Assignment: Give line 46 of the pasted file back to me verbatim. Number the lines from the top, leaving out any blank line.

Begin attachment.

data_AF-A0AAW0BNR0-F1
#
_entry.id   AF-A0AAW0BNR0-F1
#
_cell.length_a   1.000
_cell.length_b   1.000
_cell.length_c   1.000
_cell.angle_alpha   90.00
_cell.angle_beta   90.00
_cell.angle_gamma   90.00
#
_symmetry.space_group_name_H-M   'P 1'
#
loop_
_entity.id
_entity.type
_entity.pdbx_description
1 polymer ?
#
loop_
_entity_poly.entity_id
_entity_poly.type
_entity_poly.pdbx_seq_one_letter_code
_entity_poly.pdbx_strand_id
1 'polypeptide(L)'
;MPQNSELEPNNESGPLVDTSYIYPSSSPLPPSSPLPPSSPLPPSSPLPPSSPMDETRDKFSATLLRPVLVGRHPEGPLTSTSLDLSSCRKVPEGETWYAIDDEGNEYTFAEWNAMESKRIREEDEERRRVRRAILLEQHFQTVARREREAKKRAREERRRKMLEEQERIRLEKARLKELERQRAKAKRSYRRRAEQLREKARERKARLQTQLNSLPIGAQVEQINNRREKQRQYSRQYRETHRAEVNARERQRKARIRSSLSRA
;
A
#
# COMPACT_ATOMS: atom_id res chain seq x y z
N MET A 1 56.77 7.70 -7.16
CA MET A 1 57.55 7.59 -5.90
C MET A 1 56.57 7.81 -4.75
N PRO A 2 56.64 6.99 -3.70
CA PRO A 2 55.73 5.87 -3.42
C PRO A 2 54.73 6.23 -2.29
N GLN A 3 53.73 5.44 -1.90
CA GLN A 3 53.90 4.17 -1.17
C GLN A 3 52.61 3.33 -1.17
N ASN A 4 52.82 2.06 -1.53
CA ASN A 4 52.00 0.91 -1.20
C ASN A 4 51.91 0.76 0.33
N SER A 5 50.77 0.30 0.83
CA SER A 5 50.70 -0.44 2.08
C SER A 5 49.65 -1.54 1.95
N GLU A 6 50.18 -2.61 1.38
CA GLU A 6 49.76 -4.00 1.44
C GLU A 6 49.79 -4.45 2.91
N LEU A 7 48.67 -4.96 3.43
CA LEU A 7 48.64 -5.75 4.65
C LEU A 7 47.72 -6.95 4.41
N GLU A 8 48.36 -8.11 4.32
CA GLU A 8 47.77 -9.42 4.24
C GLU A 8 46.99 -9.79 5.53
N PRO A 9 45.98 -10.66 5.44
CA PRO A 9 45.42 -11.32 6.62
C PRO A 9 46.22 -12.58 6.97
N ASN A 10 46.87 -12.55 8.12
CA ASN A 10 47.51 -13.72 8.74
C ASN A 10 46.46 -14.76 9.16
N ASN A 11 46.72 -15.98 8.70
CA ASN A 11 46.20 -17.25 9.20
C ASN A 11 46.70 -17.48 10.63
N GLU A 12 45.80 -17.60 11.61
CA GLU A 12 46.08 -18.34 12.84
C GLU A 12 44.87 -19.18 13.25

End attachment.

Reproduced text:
N GLU A 6 50.18 -2.61 1.38